The Copyright Act provides for copyright protection in “pantomimes and choreographic works”, but they have to be fixed in tangible form. According to the Copyright Office, “choreography is the composition and arrangement of a related series of dance movements and patterns organized into a coherent whole”, and pantomime is “the art of imitating, presenting, or acting out situations, characters, or events through the use of physical gestures and bodily movements.” However, if either is found to consist only of ordinary motor activities, social dances, commonplace movements or gestures, or athletic movements, then they will “lack a sufficient amount of authorship to qualify” for copyright protection.
So to put that in terms we all understand, if it is something you learned in gym class, it is likely not able to be registered for copyright. Unless your phy. ed. teacher was way more elegant than mine, that is.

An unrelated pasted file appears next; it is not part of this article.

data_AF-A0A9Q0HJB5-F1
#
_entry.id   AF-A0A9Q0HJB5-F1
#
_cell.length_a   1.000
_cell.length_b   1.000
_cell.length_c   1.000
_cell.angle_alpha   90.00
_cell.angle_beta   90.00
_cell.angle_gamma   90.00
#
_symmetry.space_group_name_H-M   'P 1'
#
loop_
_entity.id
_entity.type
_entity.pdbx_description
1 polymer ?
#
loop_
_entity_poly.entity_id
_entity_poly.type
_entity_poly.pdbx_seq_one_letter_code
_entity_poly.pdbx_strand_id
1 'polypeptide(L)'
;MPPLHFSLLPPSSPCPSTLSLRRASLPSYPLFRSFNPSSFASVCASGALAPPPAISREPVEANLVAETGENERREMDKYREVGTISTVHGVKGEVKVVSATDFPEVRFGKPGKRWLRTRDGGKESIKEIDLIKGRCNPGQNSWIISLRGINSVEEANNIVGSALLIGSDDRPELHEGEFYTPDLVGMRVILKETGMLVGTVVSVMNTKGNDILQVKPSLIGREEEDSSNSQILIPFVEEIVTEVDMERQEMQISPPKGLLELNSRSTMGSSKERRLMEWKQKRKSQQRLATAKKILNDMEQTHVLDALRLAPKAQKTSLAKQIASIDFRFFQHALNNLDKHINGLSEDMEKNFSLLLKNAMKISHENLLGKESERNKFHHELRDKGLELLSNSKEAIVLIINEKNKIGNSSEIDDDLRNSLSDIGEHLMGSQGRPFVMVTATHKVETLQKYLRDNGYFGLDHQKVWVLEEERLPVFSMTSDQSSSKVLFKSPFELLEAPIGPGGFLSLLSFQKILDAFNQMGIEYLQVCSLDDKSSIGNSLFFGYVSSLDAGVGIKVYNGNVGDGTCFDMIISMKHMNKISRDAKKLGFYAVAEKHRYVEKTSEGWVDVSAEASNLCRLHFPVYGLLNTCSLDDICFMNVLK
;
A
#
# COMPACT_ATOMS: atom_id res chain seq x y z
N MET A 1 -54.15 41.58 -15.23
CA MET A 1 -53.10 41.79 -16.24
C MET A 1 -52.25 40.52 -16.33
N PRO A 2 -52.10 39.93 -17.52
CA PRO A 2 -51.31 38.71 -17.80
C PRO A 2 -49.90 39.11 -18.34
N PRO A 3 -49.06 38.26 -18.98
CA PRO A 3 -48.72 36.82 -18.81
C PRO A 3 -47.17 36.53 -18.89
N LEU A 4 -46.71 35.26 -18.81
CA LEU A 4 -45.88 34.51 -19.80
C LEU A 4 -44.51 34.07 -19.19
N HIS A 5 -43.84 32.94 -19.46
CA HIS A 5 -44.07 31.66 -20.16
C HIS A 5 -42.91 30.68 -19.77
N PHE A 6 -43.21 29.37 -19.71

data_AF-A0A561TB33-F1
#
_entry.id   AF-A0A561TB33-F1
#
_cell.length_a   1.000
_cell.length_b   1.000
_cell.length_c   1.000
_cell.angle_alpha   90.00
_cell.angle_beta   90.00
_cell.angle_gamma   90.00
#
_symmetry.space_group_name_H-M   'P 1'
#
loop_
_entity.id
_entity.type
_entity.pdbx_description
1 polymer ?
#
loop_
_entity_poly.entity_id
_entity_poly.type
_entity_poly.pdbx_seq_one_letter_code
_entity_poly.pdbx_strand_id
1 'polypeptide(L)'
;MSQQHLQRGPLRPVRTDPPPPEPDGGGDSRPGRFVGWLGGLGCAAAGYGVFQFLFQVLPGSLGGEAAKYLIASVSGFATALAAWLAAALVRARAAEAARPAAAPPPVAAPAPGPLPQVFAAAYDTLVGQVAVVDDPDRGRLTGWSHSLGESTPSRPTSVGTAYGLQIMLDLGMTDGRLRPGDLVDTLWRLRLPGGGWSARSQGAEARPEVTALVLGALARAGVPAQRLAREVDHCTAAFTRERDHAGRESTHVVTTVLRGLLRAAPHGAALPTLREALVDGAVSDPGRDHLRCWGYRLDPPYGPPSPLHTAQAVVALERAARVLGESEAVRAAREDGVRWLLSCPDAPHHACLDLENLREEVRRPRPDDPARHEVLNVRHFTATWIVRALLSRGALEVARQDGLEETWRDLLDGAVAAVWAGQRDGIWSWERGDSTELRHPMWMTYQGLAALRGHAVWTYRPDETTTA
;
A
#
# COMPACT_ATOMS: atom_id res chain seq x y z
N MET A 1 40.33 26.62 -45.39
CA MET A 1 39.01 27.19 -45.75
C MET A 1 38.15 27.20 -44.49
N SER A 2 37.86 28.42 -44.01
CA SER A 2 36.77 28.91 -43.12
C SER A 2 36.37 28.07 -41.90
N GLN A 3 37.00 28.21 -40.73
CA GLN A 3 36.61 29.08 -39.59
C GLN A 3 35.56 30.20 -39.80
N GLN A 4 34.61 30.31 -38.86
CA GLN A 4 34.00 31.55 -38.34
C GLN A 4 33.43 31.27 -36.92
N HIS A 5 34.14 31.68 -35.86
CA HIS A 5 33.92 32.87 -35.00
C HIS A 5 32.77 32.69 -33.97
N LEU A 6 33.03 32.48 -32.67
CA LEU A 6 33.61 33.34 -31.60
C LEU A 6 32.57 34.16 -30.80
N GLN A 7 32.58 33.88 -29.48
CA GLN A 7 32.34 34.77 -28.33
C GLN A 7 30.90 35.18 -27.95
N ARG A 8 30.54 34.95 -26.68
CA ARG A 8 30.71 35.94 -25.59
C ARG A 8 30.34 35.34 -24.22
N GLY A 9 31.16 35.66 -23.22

When trying to explain what this means, the Copyright Office provides the following examples of commonplace movements or gestures that do not qualify for registration:
- A set of movements whereby a group of people spell out letters with their arms
- Yoga positions
- A celebratory end zone dance move or athletic victory gesture
There goes that part of the YMCA dance. So where do a lot of those Fortnite dances belong? They certainly have originality, and most are in video. But, are they closer to an end zone dance? They seem a bit more involved than the Ickey Shuffle. So far, the Copyright Office is saying they are not eligible for copyright. Or at least the Carlton isn’t eligible. The Office found that a swing and a snap with a big smile wasn’t enough to be copyrighted. But a variant of the Floss was.
So what does that mean for Fortnite? If what they use looks to be simple movements, then they are probably OK. If it gets more complex, then they better get permission.